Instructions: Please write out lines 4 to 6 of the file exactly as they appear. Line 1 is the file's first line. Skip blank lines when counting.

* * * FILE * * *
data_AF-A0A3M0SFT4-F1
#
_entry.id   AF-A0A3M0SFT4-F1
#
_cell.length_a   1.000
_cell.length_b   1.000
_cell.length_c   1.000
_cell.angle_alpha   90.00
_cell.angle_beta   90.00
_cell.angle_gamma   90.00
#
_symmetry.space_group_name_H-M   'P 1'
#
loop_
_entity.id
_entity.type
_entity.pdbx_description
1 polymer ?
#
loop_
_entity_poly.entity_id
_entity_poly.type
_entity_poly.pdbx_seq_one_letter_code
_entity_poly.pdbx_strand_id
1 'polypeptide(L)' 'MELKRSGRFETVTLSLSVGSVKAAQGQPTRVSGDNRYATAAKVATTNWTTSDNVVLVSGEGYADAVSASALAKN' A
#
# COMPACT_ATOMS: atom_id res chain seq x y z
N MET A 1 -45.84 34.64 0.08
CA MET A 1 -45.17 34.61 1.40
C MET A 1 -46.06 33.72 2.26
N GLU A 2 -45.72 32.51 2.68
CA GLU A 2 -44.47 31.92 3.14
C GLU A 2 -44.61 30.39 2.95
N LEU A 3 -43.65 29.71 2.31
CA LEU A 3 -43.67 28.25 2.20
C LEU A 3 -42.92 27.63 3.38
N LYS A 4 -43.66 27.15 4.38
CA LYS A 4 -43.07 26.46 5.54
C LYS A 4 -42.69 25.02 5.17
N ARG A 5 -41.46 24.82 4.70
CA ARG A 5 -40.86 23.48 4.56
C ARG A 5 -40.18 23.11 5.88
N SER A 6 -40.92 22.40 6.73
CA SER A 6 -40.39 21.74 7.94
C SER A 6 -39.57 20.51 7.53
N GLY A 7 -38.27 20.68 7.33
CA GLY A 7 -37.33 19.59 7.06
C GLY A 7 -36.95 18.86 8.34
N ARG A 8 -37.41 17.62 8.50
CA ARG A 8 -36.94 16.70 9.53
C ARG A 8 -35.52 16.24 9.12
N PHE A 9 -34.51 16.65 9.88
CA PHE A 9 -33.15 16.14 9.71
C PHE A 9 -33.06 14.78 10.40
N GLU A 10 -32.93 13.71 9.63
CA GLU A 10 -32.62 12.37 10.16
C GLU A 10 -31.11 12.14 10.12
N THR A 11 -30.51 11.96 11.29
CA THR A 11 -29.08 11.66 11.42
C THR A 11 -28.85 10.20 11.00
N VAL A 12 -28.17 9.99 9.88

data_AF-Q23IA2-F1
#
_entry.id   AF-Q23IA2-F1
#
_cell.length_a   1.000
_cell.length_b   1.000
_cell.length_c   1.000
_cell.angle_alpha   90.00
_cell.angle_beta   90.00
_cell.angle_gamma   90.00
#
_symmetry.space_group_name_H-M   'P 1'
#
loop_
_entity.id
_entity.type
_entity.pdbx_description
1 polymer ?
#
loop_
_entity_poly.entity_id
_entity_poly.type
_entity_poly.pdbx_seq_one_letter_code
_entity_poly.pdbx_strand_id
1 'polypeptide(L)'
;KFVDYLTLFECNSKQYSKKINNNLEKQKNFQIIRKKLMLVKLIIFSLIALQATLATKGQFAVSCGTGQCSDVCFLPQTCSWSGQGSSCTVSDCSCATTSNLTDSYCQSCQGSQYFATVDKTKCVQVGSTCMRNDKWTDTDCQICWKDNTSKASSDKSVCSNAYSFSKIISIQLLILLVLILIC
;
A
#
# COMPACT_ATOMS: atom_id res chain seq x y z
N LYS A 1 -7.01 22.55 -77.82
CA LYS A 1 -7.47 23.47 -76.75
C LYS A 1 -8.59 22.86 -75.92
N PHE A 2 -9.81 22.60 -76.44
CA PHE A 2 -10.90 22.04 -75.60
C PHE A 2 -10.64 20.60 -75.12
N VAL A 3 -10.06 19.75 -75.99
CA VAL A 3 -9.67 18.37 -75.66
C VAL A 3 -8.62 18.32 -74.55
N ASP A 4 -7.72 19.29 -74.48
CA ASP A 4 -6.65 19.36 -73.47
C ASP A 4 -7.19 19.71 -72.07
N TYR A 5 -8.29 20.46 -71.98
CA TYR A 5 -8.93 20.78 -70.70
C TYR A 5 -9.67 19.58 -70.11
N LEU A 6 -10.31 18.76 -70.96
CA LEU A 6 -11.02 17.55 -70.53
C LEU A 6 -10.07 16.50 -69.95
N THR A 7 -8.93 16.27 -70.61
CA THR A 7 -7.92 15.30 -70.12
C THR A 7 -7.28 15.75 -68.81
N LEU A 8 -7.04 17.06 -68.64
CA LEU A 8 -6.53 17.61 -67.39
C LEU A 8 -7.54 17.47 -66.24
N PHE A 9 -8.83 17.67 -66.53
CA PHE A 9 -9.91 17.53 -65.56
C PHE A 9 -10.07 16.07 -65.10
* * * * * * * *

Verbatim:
#
_cell.length_a   1.000
_cell.length_b   1.000